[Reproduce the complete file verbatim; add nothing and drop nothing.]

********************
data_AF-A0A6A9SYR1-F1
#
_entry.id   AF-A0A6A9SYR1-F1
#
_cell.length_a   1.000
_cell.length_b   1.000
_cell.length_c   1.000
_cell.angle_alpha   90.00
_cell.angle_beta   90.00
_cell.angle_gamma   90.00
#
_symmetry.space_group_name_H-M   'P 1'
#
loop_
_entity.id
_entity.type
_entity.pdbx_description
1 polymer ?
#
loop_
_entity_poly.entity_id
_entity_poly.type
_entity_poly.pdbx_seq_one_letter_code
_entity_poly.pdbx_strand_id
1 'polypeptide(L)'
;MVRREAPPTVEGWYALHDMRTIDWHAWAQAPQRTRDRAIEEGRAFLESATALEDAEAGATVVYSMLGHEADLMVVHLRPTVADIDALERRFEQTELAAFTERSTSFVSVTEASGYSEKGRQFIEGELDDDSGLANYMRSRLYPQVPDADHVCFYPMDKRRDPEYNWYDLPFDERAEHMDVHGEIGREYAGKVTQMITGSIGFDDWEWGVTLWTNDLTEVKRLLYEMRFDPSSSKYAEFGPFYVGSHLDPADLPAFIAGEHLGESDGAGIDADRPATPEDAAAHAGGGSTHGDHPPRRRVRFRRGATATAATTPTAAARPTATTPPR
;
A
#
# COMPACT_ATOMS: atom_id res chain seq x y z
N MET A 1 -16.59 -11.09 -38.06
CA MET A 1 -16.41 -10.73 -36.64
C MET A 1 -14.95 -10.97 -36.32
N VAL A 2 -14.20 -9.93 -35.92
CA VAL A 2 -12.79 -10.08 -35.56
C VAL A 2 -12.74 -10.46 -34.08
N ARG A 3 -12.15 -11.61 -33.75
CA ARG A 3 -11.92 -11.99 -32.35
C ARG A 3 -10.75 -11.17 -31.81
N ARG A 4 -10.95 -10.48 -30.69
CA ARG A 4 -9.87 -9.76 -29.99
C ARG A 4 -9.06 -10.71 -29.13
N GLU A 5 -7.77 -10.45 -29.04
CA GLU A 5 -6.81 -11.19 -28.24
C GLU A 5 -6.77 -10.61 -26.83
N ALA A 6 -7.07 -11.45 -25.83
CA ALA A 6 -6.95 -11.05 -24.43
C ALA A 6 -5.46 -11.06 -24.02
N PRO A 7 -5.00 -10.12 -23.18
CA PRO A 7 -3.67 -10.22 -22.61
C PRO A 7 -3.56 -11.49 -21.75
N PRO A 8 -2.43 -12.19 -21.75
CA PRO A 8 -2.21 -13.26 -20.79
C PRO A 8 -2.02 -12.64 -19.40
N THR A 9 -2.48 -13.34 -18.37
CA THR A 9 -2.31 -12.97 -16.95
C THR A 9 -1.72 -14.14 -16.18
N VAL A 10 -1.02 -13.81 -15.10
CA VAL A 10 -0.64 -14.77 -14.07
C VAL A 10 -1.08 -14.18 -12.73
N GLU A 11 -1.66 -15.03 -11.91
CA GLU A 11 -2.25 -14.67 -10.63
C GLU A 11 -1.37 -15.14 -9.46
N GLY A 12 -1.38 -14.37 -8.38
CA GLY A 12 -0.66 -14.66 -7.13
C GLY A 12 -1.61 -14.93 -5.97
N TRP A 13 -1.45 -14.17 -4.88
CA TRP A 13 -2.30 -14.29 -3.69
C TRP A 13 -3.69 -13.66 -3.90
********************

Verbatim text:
data_AF-A0A6A9SYR1-F1
#
_entry.id   AF-A0A6A9SYR1-F1
#
_cell.length_a   1.000
_cell.length_b   1.000
_cell.length_c   1.000
_cell.angle_alpha   90.00
_cell.angle_beta   90.00
_cell.angle_gamma   90.00
#
_symmetry.space_group_name_H-M   'P 1'
#
loop_
_entity.id
_entity.type
_entity.pdbx_description
1 polymer ?
#
loop_
_entity_poly.entity_id
_entity_poly.type
_entity_poly.pdbx_seq_one_letter_code
_entity_poly.pdbx_strand_id
1 'polypeptide(L)'
;MVRREAPPTVEGWYALHDMRTIDWHAWAQAPQRTRDRAIEEGRAFLESATALEDAEAGATVVYSMLGHEADLMVVHLRPTVADIDALERRFEQTELAAFTERSTSFVSVTEASGYSEKGRQFIEGELDDDSGLANYMRSRLYPQVPDADHVCFYPMDKRRDPEYNWYDLPFDERAEHMDVHGEIGREYAGKVTQMITGSIGFDDWEWGVTLWTNDLTEVKRLLYEMRFDPSSSKYAEFGPFYVGSHLDPADLPAFIAGEHLGESDGAGIDADRPATPEDAAAHAGGGSTHGDHPPRRRVRFRRGATATAATTPTAAARPTATTPPR
;
A
#
# COMPACT_ATOMS: atom_id res chain seq x y z
N MET A 1 -16.59 -11.09 -38.06
CA MET A 1 -16.41 -10.73 -36.64
C MET A 1 -14.95 -10.97 -36.32
N VAL A 2 -14.20 -9.93 -35.92
CA VAL A 2 -12.79 -10.08 -35.56
C VAL A 2 -12.74 -10.46 -34.08
N ARG A 3 -12.15 -11.61 -33.75
CA ARG A 3 -11.92 -11.99 -32.35
C ARG A 3 -10.75 -11.17 -31.81
N ARG A 4 -10.95 -10.48 -30.69
CA ARG A 4 -9.87 -9.76 -29.99
C ARG A 4 -9.06 -10.71 -29.13
N GLU A 5 -7.77 -10.45 -29.04
CA GLU A 5 -6.81 -11.19 -28.24
C GLU A 5 -6.77 -10.61 -26.83
N ALA A 6 -7.07 -11.45 -25.83
CA ALA A 6 -6.95 -11.05 -24.43
C ALA A 6 -5.46 -11.06 -24.02
N PRO A 7 -5.00 -10.12 -23.18
CA PRO A 7 -3.67 -10.22 -22.61
C PRO A 7 -3.56 -11.49 -21.75
N PRO A 8 -2.43 -12.19 -21.75
CA PRO A 8 -2.21 -13.26 -20.79
C PRO A 8 -2.02 -12.64 -19.40
N THR A 9 -2.48 -13.34 -18.37
CA THR A 9 -2.31 -12.97 -16.95
C THR A 9 -1.72 -14.14 -16.18
N VAL A 10 -1.02 -13.81 -15.10
CA VAL A 10 -0.64 -14.77 -14.07
C VAL A 10 -1.08 -14.18 -12.73
N GLU A 11 -1.66 -15.03 -11.91
CA GLU A 11 -2.25 -14.67 -10.63
C GLU A 11 -1.37 -15.14 -9.46
N GLY A 12 -1.38 -14.37 -8.38
CA GLY A 12 -0.66 -14.66 -7.13
C GLY A 12 -1.61 -14.93 -5.97
N TRP A 13 -1.45 -14.17 -4.88
CA TRP A 13 -2.30 -14.29 -3.69
C TRP A 13 -3.69 -13.66 -3.90